Very few attorneys can claim expertise in the area of eminent domain law. If you’re affected by eminent domain, you should obtain a consultation from an Oregon eminent domain attorney so that you know and understand your rights before taking any action. Remember, the government is like any buyer, they will want to purchase your property as cheaply as possible, and their appraisers may neglect to consider damages that can lead to a larger amount of just compensation. 

Oregon Attorney Fee Recovery in Eminent Domain

The US Supreme Court has consistently held in condemnation cases that the government’s obligation is to “put the owner in as good a position pecuniary as if the use of their property had not been taken” Monongahela Nav. Co. v United States, 148 U.S. 312 (1893); Phelps v. United States, 274 U.S. 341 (1927); Olson v. United States, 292 U.S. 296 (1934).   That is, property owners should receive fair and just compensation and not be at any financial loss resulting from the government’s action to seize their property.  We believe that in order for this to be possible, property owners should be entitled to quality legal representation at the expense of the condemning authority provided their offer of compensation doesn’t adequately compensate the property owner under the rules of eminent domain law.  Even a property owner who successfully pursues such a claim is not entirely happy when part of that just compensation (often one third) has to be paid to the attorney.

Over the next several years, a significant amount of private property will be acquired through eminent domain by the state of Oregon for numerous large transportation improvement projects.  Fortunately for property owners, statues exist in Oregon that direct the government to pay property owner’s attorneys fees in eminent domain cases when  the amount of just compensation assessed by the verdict in trial exceed the highest written offer in settlement submitted by the condemnor before the filing of the action (O.R.S. § 35.346(7)).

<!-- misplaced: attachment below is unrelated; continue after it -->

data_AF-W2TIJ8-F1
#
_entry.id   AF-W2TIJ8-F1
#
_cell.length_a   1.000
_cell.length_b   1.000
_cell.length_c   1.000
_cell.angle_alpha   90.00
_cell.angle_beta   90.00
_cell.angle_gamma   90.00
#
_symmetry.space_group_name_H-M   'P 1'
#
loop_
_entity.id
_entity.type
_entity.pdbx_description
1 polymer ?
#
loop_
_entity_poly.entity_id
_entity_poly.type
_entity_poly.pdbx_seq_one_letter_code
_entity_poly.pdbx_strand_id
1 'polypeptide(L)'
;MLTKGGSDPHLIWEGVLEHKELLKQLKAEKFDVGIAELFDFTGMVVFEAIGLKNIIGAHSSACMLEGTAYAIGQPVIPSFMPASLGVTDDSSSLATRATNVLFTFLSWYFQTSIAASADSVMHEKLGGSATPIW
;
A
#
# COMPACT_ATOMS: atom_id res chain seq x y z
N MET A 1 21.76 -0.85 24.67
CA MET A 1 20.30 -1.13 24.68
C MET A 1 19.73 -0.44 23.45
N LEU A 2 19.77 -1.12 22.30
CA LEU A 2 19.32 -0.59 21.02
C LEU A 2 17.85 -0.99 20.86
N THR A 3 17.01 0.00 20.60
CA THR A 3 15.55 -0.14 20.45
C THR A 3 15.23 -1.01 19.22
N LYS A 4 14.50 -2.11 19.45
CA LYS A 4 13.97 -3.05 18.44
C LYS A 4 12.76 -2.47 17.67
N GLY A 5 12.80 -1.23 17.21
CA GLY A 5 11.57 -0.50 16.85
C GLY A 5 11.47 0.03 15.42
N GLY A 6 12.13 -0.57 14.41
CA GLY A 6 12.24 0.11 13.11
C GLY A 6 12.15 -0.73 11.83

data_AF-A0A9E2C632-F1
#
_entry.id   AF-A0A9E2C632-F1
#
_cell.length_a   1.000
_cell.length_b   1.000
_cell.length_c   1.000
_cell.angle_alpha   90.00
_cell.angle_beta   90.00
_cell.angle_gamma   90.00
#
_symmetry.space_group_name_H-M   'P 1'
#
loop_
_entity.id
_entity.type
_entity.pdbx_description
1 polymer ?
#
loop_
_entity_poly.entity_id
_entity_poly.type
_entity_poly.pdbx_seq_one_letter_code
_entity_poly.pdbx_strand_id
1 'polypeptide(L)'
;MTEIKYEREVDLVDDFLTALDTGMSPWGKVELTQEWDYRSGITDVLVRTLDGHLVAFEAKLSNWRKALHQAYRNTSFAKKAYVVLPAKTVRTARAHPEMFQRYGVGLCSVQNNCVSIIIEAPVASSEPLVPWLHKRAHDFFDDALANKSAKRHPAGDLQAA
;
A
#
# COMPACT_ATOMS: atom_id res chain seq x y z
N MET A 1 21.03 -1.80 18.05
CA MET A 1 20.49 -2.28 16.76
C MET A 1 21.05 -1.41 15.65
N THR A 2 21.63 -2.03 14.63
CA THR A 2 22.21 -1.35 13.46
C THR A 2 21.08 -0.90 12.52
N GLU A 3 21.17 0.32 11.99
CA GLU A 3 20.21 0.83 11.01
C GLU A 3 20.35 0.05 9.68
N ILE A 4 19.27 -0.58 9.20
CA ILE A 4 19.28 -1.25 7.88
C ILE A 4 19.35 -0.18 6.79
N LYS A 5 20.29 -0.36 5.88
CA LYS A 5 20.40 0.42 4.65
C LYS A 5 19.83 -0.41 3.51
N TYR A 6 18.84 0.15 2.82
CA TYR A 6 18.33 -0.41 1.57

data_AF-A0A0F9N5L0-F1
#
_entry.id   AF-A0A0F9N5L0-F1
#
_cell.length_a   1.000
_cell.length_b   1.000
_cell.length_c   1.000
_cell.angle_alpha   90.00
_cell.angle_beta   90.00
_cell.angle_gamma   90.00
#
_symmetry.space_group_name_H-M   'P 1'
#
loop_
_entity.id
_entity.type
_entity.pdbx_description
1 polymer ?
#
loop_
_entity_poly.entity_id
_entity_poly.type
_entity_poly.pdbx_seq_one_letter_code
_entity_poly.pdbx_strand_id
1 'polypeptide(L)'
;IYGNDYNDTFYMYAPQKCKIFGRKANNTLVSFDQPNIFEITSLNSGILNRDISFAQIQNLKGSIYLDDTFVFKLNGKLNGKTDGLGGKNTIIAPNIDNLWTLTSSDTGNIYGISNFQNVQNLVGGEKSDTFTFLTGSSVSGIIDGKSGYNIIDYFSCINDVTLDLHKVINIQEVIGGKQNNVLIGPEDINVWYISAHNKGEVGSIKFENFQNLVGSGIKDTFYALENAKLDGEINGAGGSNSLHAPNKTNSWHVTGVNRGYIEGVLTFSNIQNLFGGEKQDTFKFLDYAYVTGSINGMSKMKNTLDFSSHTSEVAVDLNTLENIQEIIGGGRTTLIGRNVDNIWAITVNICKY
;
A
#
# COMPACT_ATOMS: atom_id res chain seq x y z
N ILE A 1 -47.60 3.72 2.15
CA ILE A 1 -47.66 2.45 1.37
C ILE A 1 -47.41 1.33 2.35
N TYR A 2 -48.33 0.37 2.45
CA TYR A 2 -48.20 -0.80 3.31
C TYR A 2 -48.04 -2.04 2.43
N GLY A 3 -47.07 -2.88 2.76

Although the statute seems relatively straightforward, we’ll interpret its meaning and application through the use of an example.   In Oregon, the offer of compromise is a formal written offer that serves as a marker on the timeline of litigation for the calculation of recoverable attorney fees.  The first offer of compromise is usually made to property owners after the government files for condemnation.  Additionally, each subsequent offer establishes a time period for which attorney fees are potentially recoverable.

Let’s say for example the first offer of compromise is for $100,000.  If the owner receives more than $100,000, attorney fees are recoverable at least up until the time of that offer.  If the government only makes one offer of compromise for $100,000 before trial, then all fees would be recoverable so long as the judgment at trial exceeds $100,000.

However, condemning authorities in Oregon typically make multiple offers of compromise because settling a case will minimize their costs.  In fact, the government can make offers of compromise until 10 days prior to trial.

Let’s examine a similar situation where the first offer of compromise is $100,000, and then a subsequent offer of $125,000 is made before trial.  Now there are two relevant time periods and amounts.  If the owners receive an amount in excess of $100,000 but lower than $125,000 at trial, then attorney fees would only be available up to the time of the second offer, i.e. from the beginning of the lawsuit until the time of the $125,000 offer.  If, however, the owners received a judgment in excess of $125,000, then all attorney fees would be recoverable.  Each offer thus has its own set of criteria applicable to a specific time period.

Although the Oregon eminent domain attorney fee recovery statute only directs the government to pay fees when the case proceeds to trial, a good eminent domain lawyer in Oregon will use this to their advantage during negotiations.  Attorney’s fees can be negotiated into a settlement agreement, which makes an Oregon property owner financially ‘whole’ without having to proceed to trial.  If however the negotiations do not lead to a satisfactory level of compensation, or the government refuses to pay fees during negotiation, then the option still exists to take the case to trial.  We’ve said it before and we’ll say it again, as part of your strategy considerations in eminent domain, you’ll want to make sure you hire an eminent domain attorney with trial experience.  For example, our attorneys  prepare all of our cases in anticipation of going to trial which gives us maximum leverage against the condemning authority during negotiations.  If negotiations fail, then the case is ready to proceed to trial.


The state of Oregon has seen significant reform against eminent domain abuse. If the language concerning the public use definition was slightly tightened, and the state made the initiative into a constitutional amendment, citizens would be fully protected against eminent domain abuse.

Contact Us

Questions about Oregon Eminent Domain Law or if you’re interested in a free consultation, contact us today! If you want to call us, our main number is 866-339-7242. We look forward to hearing from you.